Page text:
Sunday, October 24, 2010

Poems from the Moon Garden Opening

Poem Series: 10110  12x12" oil/cold wax on panel © Janice Mason Steeves 2010
My exhibition, Poems from the Moon Garden opened on Friday night at Abbozzo Gallery in Oakville, Ontario.  The show continues until November 7th.  Here are a few of the installation shots before and during the show.
Abbozzo Gallery Owner- Ineke Zigrossi
With artist friend, Shirley Williams on the right

My painting of the past several years has been strongly influenced by the archetypal concept of pilgrimage.  This current work has increasingly become more experimental and exploratory, turning inward and moving toward abstraction.  As I began this body of work, I decided to drop all my known reference points—to step off the edge of what is familiar to me.  In Buddhism, this attitude of setting aside, for the time being, preconceived ideas, beliefs and expectations is known as 'beginner's mind". Beginner's mind is like a child’s mind, just present to explore and observe and see things as they are.

As time went on, I returned to a combination of abstraction and representation, each influencing the other. Images of flowers in a moonlight garden came back into my work. The garden at night is a metaphor for life and death—which are inextricably bound to each other—and the creativity that comes out of that darkness. The darkness is what mystics call the ‘inside’ of things, the essence of things. Meister Eckhart, a German theologian and philosopher observed, “The ground of the soul is dark”.  It is where the true self lies. The idea of walking in a garden in the moonlight is like a dream, or a journey through the underworld.

This new body of work approaches the painting surface in an entirely intuitive way.  I lay colour fields of oil paint mixed with cold wax medium, on a wooden substrate, layer upon layer. I embed poetry and songs into the surface that they might live inside the work. The cold wax and oil paint, applied layer upon layer imitates the way that life writes upon us year after year, with its scrapes and healings, traumas and joys.  It holds these memories as our bodies do, as our lives do.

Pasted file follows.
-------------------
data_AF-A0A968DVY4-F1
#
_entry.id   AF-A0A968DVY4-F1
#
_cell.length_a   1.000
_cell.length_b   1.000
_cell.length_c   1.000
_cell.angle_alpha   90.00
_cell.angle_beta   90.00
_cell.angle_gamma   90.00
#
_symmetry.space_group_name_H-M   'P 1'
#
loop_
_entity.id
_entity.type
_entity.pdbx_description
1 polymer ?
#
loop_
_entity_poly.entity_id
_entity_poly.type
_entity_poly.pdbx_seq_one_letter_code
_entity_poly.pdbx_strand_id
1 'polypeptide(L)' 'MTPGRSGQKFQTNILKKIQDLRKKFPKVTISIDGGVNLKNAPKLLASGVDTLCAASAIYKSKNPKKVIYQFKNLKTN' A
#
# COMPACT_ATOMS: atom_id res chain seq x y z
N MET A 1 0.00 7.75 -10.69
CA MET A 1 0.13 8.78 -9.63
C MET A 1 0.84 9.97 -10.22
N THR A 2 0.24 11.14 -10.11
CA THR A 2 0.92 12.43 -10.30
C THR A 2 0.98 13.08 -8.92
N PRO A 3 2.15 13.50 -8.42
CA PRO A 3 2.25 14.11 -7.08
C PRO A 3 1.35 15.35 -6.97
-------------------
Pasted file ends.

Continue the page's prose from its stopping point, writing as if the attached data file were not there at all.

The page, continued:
Wednesday, October 20, 2010

Wax Workshop

This past weekend my studio was filled with nine enthusiastic and industrious artists learning about the cold wax/oil process.  The air was filled with excitement.  The artists ranged from those with almost no experience at all to professionals, so I had a lot of explaining to do!

One of my goals was to encourage the artists to play, to experiment with a new technique and just let go.  So often we get hung up on goals, on making a product, on being 'perfect'.
I read to them from Eric Maisel's book, "Coaching the Artist Within", where he talks about the creative process. "To create, we have to take the bad with the good.  We're bound to write bad paragraphs along with good ones.  That's the eternal law.  We can get rid of those bad paragraphs later on , but first we must write them.  Otherwise we won't write anything at all .  If we try to write only the good paragraphs, we are three-quarters of the way toward paralysis.  The name that we've coined for this problems is "perfectionism".  But it isn't that people afflicted this way are striving to be perfect.  They are just striving to be good, which would be no problem at all, if only they also had internal permission to be bad."

I also read to them from the book, Art and Fear by David Bayles and Ted Orland. "If you think good work is somehow synonymous with perfect work, you are headed for big trouble.  Art is human; error is human; ergo art is error. Inevitably, your work (like uh, the preceding syllogism...) will be flawed.  Why?  Because you're a human being, and only human beings, warts and all, make art.  Without warts it is not clear what you would be, but clearly you wouldn't be one of us."

Because I was their teacher, I gave them permission to make bad art.

They tried.

© Christine Montague

© Barb Taylor
 In aiming to create bad work, I think that everyone loosened up and let go of being 'good' for a while.  And they made some very exciting work.

One of the participants, Christine Montague talks more about the workshop in her blog post.

"Creativity is about play and a kind of willingness to go with your intuition.  It's crucial to an artist.  If you know where you are going and what you are going to do, why do it?  Frank Gehry